If you are looking for content that is perfect for debate over a round of beers, ESPN’s Bill Barnwell delivers. His most recent release takes stock of the names worthy of attention for the coming 2018 NFL season.
He breaks the list into 8 categories.
- The Now-or-Nevers
- The Rookies (or Almost Rookies)
- Familiar Faces in New Places
- The Rehabilitation Stories
- The Breakout Stars
- One More Ride
- The Wild Cards
- The Ghost
The AFC South has significant representation in critical positions, allowing us to look beyond 2018, to what future changes could impact the hierarchy of power within the division.
The Now-or-Nevers: Blake Bortles and Marcus Mariota
The Jaguars are the media focus of quarterback instability, but the Titans share the same boat. While Tennessee’s Marcus Mariota is seen as a better talent, his decline since his rookie year is noticeable. Still a threat on the ground, Mariota’s accuracy has become a concern. Both he and Bortles have suffered from inconsistent receiving corps, and either coaching instability or improper use. Each team comes into the season hoping consistency and creative play calling will improve quarterback production.
Barnwell rates Mariota 2nd on the list, and had this to say about him.
In the paradox that was the 2017 Titans season, Mariota was a microcosm of Tennessee’s stunted growth. The former second overall pick produced his worst season as a pro and simultaneously led the league with three fourth-quarter comeback victories and four game-winning drives in the fourth quarter or overtime.
“Nobody doubts that Mariota’s mobility, leadership and propensity for highlight-reel plays make him a great prospect, but after years of cycling through coaches and schemes to try to fit their quarterback, at what point is it more about the passer than the people around him? If Mariota doesn’t turn into the player we’ve been waiting to see this season, there are going to be reasonable concerns about his ceiling.”
Barwell rates Bortles 8th, and these were his observations on the Jaguars QB.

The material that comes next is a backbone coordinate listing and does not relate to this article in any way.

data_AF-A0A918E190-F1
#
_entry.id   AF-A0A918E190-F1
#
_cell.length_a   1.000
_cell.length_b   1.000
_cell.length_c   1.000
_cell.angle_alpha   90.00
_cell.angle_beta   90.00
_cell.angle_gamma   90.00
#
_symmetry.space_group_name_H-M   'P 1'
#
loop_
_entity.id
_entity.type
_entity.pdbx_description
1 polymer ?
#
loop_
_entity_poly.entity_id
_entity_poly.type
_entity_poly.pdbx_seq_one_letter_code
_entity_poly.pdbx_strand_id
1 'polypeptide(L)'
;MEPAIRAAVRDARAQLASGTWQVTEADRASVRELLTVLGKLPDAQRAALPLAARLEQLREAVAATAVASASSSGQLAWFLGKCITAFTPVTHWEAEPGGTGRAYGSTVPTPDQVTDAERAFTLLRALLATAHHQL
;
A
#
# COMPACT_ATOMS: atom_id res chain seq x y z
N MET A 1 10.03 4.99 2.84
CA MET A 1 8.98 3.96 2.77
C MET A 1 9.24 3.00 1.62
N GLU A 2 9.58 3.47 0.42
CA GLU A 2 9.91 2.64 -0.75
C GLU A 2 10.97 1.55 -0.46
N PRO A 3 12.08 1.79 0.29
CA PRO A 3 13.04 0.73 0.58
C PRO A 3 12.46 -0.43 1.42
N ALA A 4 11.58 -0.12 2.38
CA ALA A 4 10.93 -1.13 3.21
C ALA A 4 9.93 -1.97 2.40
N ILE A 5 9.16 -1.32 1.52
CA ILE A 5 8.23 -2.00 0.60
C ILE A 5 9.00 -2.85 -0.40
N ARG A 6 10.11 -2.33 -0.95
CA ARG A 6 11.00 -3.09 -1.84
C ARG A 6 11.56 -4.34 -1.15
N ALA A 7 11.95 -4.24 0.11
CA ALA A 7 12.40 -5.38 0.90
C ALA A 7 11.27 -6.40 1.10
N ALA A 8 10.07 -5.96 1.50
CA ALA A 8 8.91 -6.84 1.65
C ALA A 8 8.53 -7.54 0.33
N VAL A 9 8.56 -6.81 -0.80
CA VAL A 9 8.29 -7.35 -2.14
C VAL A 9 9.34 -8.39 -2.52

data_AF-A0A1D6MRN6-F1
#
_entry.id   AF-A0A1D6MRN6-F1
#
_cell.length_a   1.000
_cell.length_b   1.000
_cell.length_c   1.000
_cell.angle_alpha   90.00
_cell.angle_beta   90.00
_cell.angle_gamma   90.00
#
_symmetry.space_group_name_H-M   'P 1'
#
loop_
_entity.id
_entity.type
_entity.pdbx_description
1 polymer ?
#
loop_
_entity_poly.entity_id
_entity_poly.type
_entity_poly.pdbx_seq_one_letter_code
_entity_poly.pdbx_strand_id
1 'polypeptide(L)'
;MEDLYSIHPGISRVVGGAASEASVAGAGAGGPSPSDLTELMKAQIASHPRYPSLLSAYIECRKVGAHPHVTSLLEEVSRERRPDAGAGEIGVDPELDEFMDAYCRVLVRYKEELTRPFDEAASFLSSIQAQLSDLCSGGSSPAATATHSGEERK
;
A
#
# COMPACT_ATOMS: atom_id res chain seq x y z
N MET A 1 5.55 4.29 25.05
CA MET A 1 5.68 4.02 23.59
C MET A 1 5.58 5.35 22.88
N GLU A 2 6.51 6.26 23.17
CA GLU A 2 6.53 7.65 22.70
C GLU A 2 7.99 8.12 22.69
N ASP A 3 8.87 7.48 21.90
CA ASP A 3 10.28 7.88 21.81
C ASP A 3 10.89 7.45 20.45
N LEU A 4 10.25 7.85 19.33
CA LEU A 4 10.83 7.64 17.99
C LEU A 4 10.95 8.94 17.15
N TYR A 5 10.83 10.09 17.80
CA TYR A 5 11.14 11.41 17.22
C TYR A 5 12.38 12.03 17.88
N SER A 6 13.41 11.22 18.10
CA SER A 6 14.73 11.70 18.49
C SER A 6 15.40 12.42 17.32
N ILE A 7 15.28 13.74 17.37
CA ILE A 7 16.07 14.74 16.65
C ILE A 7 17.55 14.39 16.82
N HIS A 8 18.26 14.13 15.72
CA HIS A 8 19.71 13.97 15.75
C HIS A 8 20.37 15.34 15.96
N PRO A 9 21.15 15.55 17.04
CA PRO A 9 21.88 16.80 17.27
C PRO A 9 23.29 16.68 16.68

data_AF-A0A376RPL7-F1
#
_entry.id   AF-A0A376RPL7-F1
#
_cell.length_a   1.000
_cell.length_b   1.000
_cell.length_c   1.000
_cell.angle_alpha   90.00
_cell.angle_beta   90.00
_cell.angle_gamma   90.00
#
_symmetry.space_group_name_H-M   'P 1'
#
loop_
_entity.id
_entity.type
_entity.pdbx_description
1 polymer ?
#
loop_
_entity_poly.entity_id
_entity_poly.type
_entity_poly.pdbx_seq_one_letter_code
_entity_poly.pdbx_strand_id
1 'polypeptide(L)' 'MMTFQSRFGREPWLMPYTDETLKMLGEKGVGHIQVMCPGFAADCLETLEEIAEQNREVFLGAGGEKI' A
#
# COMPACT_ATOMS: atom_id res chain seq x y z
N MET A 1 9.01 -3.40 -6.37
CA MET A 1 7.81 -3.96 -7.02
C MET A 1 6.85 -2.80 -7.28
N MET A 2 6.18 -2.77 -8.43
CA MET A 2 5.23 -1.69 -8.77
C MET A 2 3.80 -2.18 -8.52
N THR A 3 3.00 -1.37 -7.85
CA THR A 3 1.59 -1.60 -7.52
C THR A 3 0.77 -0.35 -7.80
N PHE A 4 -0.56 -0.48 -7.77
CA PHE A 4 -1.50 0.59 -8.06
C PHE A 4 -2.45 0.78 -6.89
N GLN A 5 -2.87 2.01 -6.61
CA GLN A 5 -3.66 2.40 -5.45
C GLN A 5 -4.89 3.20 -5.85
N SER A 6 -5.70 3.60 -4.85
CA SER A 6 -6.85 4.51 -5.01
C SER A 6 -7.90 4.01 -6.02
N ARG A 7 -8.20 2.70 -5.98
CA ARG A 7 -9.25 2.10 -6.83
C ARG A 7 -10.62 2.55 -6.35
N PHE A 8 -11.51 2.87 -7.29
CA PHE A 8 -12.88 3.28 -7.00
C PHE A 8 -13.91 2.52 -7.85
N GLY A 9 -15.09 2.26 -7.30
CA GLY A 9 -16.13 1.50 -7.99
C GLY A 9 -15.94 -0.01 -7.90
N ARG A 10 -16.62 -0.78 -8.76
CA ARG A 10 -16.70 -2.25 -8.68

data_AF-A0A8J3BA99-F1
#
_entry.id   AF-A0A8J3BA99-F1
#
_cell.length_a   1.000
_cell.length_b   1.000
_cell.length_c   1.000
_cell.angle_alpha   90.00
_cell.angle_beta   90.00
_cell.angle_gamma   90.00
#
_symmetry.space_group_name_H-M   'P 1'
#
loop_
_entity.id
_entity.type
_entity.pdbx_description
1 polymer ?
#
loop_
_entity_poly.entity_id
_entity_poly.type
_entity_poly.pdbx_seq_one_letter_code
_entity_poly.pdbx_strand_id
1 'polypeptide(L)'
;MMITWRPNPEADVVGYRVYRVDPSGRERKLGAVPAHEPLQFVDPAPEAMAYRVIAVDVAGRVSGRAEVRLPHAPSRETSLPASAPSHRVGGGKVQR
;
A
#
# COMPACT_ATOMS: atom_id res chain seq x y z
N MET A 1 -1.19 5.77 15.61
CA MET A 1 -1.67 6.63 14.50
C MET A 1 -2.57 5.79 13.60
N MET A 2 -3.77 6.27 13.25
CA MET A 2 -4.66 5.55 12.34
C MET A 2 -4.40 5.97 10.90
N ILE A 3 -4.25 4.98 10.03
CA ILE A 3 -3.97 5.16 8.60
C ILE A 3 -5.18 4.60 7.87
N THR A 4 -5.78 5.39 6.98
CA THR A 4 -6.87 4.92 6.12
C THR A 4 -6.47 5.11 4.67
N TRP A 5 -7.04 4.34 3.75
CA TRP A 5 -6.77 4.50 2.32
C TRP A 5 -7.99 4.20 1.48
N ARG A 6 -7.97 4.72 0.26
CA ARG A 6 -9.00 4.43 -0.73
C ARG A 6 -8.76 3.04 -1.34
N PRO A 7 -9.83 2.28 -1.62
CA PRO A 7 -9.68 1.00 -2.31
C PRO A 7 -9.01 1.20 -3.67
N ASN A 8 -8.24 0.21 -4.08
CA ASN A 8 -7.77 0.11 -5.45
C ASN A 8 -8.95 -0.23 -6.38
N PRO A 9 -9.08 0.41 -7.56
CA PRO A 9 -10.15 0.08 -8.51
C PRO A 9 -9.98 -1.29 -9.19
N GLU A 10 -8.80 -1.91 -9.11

“The best example of the unique position Bortles occupies in the NFL world is that he is a former No. 3 overall pick who had an organization shop for pieces to make him look good each offseason while simultaneously making excuses as he failed to improve and yet, still, Bortles manages to have a persecution complex.”
“The best-case scenario is that we see more of the Bortles who pieced together the best three-game stretch of his career last December along with the guy who subsequently held his own against Ben Roethlisberger and Tom Brady in the playoffs. The worst case is that we get the Bortles who showed up in between the stretches, the guy who threw five interceptions across three games and became the first quarterback in nearly two decades to throw 20 passes in a playoff game and win despite failing to make it to 100 passing yards. If you know which Bortles is going to show up in 2018, we’re all ears.”
I think Bill succinctly highlights the chicken/egg problem of these two quarterbacks, and tacitly asks the question of what skills are sufficient to retain services. Both Jacksonville and Tennessee field defenses capable of bailing their offenses out of quarterback shortcomings (Titans caveat to follow), but that wears on team chemistry.
Familiar Faces in New Places: Malcolm Butler
One of the most interesting narratives from last year’s Super Bowl was the benching of Malcolm Butler (ranked 25th by Barnwell). Brought in to help the Titans 25th rated pass defense in yards allowed (3,828), the question is whether he was an asset or liability in New England. The Patriots suffered an even worse defense in allowing 4,020 yards through the air, putting them at 30th.
Here is what Bill had to say.
“If you look backward past the Super Bowl, though, 2017 was a wildly inconsistent year for Butler. He struggled all season, and while Stephon Gilmore drew most of the attention for giving up big plays early in the season, Butler was the corner teams were picking on by the time the second half arrived. Football Outsiders notes that Butler allowed 9.1 adjusted yards per pass, which ranked 69th among qualifying cornerbacks. Cornerback statistics can be guesswork, but Butler didn’t look good on film, either. He has to bounce back from something more than the Super Bowl benching in 2018.”
The Rehabilitation Stories: J. J. Watt, Andrew Luck, DeShaun Watson
When J. J. Watt (27th) is on, he is a tough matchup. Unfortunately, Watt has battled injuries for the past two years. There is not much I can add to the lore of the ex-Badger, and it is not obvious that without a healthy Watt the Texans defense is less effective. In 2015, Watt led the league in sacks with 17.5, even though his defense finished 30th. In 2016, the Texans had the top rated defense, even with Watt only starting in three games. However, in 2017, with Watt only playing in five games, where he managed 11 tackles and 2 passes defended, the Texans defense ended the year ranked 20th.